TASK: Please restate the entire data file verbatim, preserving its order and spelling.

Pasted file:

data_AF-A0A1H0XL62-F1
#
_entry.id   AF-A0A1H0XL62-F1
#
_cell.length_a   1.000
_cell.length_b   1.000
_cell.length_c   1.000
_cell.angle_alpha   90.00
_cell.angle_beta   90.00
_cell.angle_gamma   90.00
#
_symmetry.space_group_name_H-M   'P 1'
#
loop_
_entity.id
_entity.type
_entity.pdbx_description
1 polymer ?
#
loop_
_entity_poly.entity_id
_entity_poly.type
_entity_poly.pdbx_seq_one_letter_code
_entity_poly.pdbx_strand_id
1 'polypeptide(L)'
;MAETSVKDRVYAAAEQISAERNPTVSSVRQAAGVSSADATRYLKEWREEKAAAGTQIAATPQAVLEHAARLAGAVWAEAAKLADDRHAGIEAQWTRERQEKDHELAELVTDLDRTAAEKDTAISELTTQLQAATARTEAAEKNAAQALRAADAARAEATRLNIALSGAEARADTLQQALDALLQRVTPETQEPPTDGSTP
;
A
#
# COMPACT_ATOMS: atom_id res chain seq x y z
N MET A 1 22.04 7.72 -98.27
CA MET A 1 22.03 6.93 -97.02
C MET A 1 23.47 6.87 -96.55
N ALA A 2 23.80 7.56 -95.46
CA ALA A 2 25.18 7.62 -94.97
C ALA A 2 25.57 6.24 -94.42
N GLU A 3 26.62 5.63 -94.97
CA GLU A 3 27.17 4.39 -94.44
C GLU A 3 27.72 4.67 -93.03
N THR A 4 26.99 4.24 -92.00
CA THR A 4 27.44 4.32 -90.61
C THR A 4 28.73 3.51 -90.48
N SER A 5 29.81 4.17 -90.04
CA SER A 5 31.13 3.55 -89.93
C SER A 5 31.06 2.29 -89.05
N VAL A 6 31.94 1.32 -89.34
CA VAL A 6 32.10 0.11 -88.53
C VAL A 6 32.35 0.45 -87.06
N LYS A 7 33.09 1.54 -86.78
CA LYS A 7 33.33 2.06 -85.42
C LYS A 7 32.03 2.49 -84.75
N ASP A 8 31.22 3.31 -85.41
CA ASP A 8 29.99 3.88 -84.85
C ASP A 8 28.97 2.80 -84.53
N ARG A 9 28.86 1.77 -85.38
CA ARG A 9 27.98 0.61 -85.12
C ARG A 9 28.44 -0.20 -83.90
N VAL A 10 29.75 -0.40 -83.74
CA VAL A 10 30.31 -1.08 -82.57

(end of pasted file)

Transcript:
data_AF-A0A1H0XL62-F1
#
_entry.id   AF-A0A1H0XL62-F1
#
_cell.length_a   1.000
_cell.length_b   1.000
_cell.length_c   1.000
_cell.angle_alpha   90.00
_cell.angle_beta   90.00
_cell.angle_gamma   90.00
#
_symmetry.space_group_name_H-M   'P 1'
#
loop_
_entity.id
_entity.type
_entity.pdbx_description
1 polymer ?
#
loop_
_entity_poly.entity_id
_entity_poly.type
_entity_poly.pdbx_seq_one_letter_code
_entity_poly.pdbx_strand_id
1 'polypeptide(L)'
;MAETSVKDRVYAAAEQISAERNPTVSSVRQAAGVSSADATRYLKEWREEKAAAGTQIAATPQAVLEHAARLAGAVWAEAAKLADDRHAGIEAQWTRERQEKDHELAELVTDLDRTAAEKDTAISELTTQLQAATARTEAAEKNAAQALRAADAARAEATRLNIALSGAEARADTLQQALDALLQRVTPETQEPPTDGSTP
;
A
#
# COMPACT_ATOMS: atom_id res chain seq x y z
N MET A 1 22.04 7.72 -98.27
CA MET A 1 22.03 6.93 -97.02
C MET A 1 23.47 6.87 -96.55
N ALA A 2 23.80 7.56 -95.46
CA ALA A 2 25.18 7.62 -94.97
C ALA A 2 25.57 6.24 -94.42
N GLU A 3 26.62 5.63 -94.97
CA GLU A 3 27.17 4.39 -94.44
C GLU A 3 27.72 4.67 -93.03
N THR A 4 26.99 4.24 -92.00
CA THR A 4 27.44 4.32 -90.61
C THR A 4 28.73 3.51 -90.48
N SER A 5 29.81 4.17 -90.04
CA SER A 5 31.13 3.55 -89.93
C SER A 5 31.06 2.29 -89.05
N VAL A 6 31.94 1.32 -89.34
CA VAL A 6 32.10 0.11 -88.53
C VAL A 6 32.35 0.45 -87.06
N LYS A 7 33.09 1.54 -86.78
CA LYS A 7 33.33 2.06 -85.42
C LYS A 7 32.03 2.49 -84.75
N ASP A 8 31.22 3.31 -85.41
CA ASP A 8 29.99 3.88 -84.85
C ASP A 8 28.97 2.80 -84.53
N ARG A 9 28.86 1.77 -85.38
CA ARG A 9 27.98 0.61 -85.12
C ARG A 9 28.44 -0.20 -83.90
N VAL A 10 29.75 -0.40 -83.74
CA VAL A 10 30.31 -1.08 -82.57